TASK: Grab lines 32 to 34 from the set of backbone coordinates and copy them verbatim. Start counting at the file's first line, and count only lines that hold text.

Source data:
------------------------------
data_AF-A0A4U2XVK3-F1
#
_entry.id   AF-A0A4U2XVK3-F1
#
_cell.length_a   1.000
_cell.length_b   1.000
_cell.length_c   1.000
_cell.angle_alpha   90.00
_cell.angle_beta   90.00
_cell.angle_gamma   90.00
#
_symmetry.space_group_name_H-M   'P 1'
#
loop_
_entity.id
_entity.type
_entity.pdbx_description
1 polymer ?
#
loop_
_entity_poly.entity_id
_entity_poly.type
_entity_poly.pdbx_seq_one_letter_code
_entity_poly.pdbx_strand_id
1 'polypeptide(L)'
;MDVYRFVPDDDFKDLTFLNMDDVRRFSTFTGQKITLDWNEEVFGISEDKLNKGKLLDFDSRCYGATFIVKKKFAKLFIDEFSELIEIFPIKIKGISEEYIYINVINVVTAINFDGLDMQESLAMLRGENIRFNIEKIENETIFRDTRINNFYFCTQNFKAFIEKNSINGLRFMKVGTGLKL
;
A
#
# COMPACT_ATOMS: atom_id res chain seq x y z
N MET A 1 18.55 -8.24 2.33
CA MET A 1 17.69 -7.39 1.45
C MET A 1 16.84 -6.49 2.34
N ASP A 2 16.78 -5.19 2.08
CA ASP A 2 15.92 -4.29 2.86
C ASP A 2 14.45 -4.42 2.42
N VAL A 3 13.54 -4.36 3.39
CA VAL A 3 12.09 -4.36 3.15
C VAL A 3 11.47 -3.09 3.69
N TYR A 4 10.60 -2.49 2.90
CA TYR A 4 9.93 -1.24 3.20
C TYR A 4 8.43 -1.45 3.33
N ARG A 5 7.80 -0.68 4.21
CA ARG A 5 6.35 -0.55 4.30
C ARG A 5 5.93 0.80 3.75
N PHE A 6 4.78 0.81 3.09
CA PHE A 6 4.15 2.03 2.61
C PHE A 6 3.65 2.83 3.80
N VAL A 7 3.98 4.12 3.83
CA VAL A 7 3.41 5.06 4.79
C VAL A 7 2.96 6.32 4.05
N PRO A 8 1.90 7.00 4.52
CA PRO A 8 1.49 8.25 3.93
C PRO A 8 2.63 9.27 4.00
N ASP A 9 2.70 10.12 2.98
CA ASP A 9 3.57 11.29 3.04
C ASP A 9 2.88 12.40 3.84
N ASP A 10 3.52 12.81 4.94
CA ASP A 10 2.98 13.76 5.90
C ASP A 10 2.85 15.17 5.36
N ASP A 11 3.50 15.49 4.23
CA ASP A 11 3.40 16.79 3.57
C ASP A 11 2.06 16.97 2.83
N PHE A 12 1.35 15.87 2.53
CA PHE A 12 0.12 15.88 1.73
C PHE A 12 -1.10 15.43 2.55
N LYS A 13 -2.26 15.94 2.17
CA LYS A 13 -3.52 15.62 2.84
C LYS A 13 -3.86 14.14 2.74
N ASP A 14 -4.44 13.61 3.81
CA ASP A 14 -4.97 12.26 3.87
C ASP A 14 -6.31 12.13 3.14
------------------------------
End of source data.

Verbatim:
CA MET A 1 17.69 -7.39 1.45
C MET A 1 16.84 -6.49 2.34
N ASP A 2 16.78 -5.19 2.08